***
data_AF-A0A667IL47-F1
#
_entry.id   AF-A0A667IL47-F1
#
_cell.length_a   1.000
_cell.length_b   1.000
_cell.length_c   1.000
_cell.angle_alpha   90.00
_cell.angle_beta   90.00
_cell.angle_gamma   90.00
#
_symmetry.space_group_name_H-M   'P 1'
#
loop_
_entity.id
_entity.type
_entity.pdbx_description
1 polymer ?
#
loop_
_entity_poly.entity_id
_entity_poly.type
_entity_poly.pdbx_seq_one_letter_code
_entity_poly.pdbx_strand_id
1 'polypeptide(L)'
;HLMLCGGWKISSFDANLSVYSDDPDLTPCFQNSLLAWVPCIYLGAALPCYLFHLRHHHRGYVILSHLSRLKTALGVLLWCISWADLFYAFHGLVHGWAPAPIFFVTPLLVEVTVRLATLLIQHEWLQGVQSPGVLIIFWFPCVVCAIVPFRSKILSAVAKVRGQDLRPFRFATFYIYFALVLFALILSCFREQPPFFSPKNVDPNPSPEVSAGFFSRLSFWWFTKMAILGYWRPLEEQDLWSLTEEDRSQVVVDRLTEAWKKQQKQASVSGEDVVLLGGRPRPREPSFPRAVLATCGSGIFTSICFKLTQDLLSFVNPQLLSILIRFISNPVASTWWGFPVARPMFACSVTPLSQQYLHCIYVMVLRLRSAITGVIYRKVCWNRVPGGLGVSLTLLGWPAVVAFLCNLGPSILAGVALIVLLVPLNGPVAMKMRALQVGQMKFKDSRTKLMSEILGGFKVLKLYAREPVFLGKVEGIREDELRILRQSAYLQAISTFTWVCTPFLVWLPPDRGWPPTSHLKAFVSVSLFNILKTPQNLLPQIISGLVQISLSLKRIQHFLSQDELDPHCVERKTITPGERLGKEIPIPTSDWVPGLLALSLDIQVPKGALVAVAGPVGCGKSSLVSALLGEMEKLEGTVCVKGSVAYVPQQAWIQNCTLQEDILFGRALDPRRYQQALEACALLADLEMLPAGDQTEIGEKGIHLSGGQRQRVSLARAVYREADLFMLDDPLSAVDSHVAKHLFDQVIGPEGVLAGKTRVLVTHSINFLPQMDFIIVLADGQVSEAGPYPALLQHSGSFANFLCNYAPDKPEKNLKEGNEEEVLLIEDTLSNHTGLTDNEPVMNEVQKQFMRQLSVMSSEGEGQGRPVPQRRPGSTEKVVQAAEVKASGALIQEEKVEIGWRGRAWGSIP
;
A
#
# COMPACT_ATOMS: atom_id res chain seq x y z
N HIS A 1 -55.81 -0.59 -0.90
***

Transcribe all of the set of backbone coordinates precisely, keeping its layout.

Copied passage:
data_AF-A0A667IL47-F1
#
_entry.id   AF-A0A667IL47-F1
#
_cell.length_a   1.000
_cell.length_b   1.000
_cell.length_c   1.000
_cell.angle_alpha   90.00
_cell.angle_beta   90.00
_cell.angle_gamma   90.00
#
_symmetry.space_group_name_H-M   'P 1'
#
loop_
_entity.id
_entity.type
_entity.pdbx_description
1 polymer ?
#
loop_
_entity_poly.entity_id
_entity_poly.type
_entity_poly.pdbx_seq_one_letter_code
_entity_poly.pdbx_strand_id
1 'polypeptide(L)'
;HLMLCGGWKISSFDANLSVYSDDPDLTPCFQNSLLAWVPCIYLGAALPCYLFHLRHHHRGYVILSHLSRLKTALGVLLWCISWADLFYAFHGLVHGWAPAPIFFVTPLLVEVTVRLATLLIQHEWLQGVQSPGVLIIFWFPCVVCAIVPFRSKILSAVAKVRGQDLRPFRFATFYIYFALVLFALILSCFREQPPFFSPKNVDPNPSPEVSAGFFSRLSFWWFTKMAILGYWRPLEEQDLWSLTEEDRSQVVVDRLTEAWKKQQKQASVSGEDVVLLGGRPRPREPSFPRAVLATCGSGIFTSICFKLTQDLLSFVNPQLLSILIRFISNPVASTWWGFPVARPMFACSVTPLSQQYLHCIYVMVLRLRSAITGVIYRKVCWNRVPGGLGVSLTLLGWPAVVAFLCNLGPSILAGVALIVLLVPLNGPVAMKMRALQVGQMKFKDSRTKLMSEILGGFKVLKLYAREPVFLGKVEGIREDELRILRQSAYLQAISTFTWVCTPFLVWLPPDRGWPPTSHLKAFVSVSLFNILKTPQNLLPQIISGLVQISLSLKRIQHFLSQDELDPHCVERKTITPGERLGKEIPIPTSDWVPGLLALSLDIQVPKGALVAVAGPVGCGKSSLVSALLGEMEKLEGTVCVKGSVAYVPQQAWIQNCTLQEDILFGRALDPRRYQQALEACALLADLEMLPAGDQTEIGEKGIHLSGGQRQRVSLARAVYREADLFMLDDPLSAVDSHVAKHLFDQVIGPEGVLAGKTRVLVTHSINFLPQMDFIIVLADGQVSEAGPYPALLQHSGSFANFLCNYAPDKPEKNLKEGNEEEVLLIEDTLSNHTGLTDNEPVMNEVQKQFMRQLSVMSSEGEGQGRPVPQRRPGSTEKVVQAAEVKASGALIQEEKVEIGWRGRAWGSIP
;
A
#
# COMPACT_ATOMS: atom_id res chain seq x y z
N HIS A 1 -55.81 -0.59 -0.90